He gives some practical examples of correcting negative thoughts among some of the young people his team has worked with. “We started to inform people about the reasons we started the initiative, and we gave them a definition of identity and told them about its importance and how important it is to preserve it. Then we talked about the elements of an identity, like the language and its etymology and how our language is special in the Arab region and how our ancestors influenced the current language,” he said.
“We even gave them examples of some words that are originally from the ancient Egyptian language, like sahd (hot weather). We started to talk about the food that Egypt has been famous for from the times of the ancient Egyptians, like koshary [a mixture of rice, onions, lentils, and spaghetti served with chili sauce].”
In his book The Ancient Egyptian Civilisation: A Cognitive Perspective, author Nabil Tawfik says that the ancient Egyptians recorded aspects of their daily lives on the walls of tombs in the Giza and Sakkara areas in ways that are strikingly similar to some of those used today.
He gives the example of images drawn on the walls of the Mariorka and Ka Gemni Tombs, both dating back to the Old Kingdom, the era in which the Giza Pyramids were built. For example, in the Mariorka Tomb, there is an image of three men, probably fishermen, fishing in the Nile Delta. The fish include catfish, tilapia, parrot fish, and Nile snake fish, some of which are still eaten by Egyptians today.
Another picture shows men trying to catch a tuna fish with metal hooks and even spears that resemble those used to hunt whales nowadays. Today’s Egyptian fishermen sometimes use hand nets that resemble those used in drawings in ancient Egyptian tombs.
The ancient Egyptians also made bread similar to that eaten today in Egyptian villages, which they called bataw. Traces of it are on display at the Agricultural Museum in Cairo. Other types of food like the bread stuffed with mincemeat that is sometimes eaten today is also on display.
“Everything has changed,” said one of the commentators on the Facebook page of the initiative, “all due to the Western media that has influenced ours and has influenced our language, our cuisine, and our fashions.”
Some celebrities are starting to encourage the initiative, including Egyptologist and former minister of antiquities Zahi Hawas.
The group is currently focusing on Greater Cairo and Giza because the problem may be more apparent there compared to other governorates. “These two governorates are the most highly populated, so this enables us to reach more people. The biggest problem is the pandemic, because we are currently unable to take our work to other governorates or see people face-to-face, which is always more effective,” John said.
“The most important way to make young people more patriotic is for them to know the history of their country and all aspects of their identity,” he commented. “People should read more about their history or even listen to audio books about Egyptian history. They could watch documentaries about the history of Egypt, for example, about the culture, the etymology of the Egyptian language, or even the Egyptian cuisine. The most important thing is that Egyptian young people should know who they are.”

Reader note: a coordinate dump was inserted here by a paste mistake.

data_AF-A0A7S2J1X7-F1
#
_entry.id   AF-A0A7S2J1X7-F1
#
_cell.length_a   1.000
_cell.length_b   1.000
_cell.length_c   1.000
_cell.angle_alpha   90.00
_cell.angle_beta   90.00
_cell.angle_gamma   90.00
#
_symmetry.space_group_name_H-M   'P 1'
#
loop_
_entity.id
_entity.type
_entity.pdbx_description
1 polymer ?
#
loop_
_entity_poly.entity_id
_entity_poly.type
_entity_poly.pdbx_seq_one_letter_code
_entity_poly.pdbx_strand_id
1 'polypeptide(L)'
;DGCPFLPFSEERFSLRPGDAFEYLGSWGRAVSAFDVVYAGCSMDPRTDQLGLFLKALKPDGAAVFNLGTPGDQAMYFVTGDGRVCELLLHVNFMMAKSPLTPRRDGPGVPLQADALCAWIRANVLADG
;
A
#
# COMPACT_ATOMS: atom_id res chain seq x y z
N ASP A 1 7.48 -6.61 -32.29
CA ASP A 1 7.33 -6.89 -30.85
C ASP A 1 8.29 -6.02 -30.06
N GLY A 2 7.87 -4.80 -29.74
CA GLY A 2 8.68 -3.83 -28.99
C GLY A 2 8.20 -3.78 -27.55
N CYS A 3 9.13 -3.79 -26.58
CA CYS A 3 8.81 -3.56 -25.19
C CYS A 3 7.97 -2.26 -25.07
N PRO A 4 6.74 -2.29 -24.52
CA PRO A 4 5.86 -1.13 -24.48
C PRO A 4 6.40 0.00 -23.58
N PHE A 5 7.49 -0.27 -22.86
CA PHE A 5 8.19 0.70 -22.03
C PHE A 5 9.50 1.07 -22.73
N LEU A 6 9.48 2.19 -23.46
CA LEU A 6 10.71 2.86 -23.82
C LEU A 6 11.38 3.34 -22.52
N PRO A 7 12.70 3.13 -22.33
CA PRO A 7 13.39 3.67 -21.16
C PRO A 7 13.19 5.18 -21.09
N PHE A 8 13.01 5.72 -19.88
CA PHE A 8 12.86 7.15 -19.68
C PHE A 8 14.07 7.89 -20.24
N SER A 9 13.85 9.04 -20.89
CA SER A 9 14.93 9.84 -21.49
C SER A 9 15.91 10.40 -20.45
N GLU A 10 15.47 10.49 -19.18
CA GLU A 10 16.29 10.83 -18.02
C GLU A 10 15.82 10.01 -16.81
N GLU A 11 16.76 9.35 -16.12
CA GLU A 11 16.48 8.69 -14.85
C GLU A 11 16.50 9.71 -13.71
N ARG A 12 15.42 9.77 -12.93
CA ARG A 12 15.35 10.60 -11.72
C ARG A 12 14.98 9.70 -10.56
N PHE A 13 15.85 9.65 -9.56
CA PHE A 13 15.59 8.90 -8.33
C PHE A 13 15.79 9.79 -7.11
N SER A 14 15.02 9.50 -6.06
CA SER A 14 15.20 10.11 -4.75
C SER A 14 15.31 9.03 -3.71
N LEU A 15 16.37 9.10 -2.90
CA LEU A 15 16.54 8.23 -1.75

According to Tawfik, the ancient Egyptians documented the work of peasants working in the fields, showing them cutting wheat using iron sickles, for example. In one example, a farmer is shown playing the flute during cultivation. It was an ancient Egyptian tradition to sing and play music during work, and today this method is still used today on many Egyptian farms.
There are other habits that our ancestors had that we still have today. One example is that the ancient Egyptians used to thresh wheat in the same way we do today. This is demonstrated in the British Museum in London, where there is a model of an ancient Egyptian grain silo with a woman sitting in the yard using a traditional wheat thresher after the wheat has been sifted by others.
There are images on the walls of ancient Egyptian tombs showing barbers using much the same tools that are still used today in some Egyptian villages. The ancient Egyptians also used to carry bread baskets on their heads, just like some rural Egyptians do today. The way they would carry water to their houses using a stick with two metal containers attached to it with a rope on each side is how it is also done today in some villages by sakkas (water distributers).
Current methods of mixing bread dough and cutting wheat are much the same as those used by the ancient Egyptians. The same thing goes for making mud bricks, hand weaving linen, and shoemaking. They also had something like the kottab (village schools) that resemble those still found in mosques in the countryside today. The ancient Egyptians also put pencils above their ears until they were needed, as is shown in many images, and this is done by many people in Egypt today.
The ancient Greek historian Herodotus recorded the habits of the ancient Egyptians in his writings. He said that they would go out to nearby gardens to eat, especially during feasts like Sham Al-Nessim, the spring festival, which is still celebrated today. They would eat green chickpeas, mullet fish, and onions on this occasion, which is still a habit today.
John and his colleagues are planning to spread their work to other universities after the pandemic is over.
“We plan to start producing advertisements about all aspects of Egyptian identity and posting them on social media,” he said. “We will be distributing flyers and organising interactive games on Facebook and Instagram, this time introducing more aspects of Egyptian identity like clothing and architecture,” he concluded.
*A version of this article appears in print in the 12 August, 2021 edition of Al-Ahram Weekly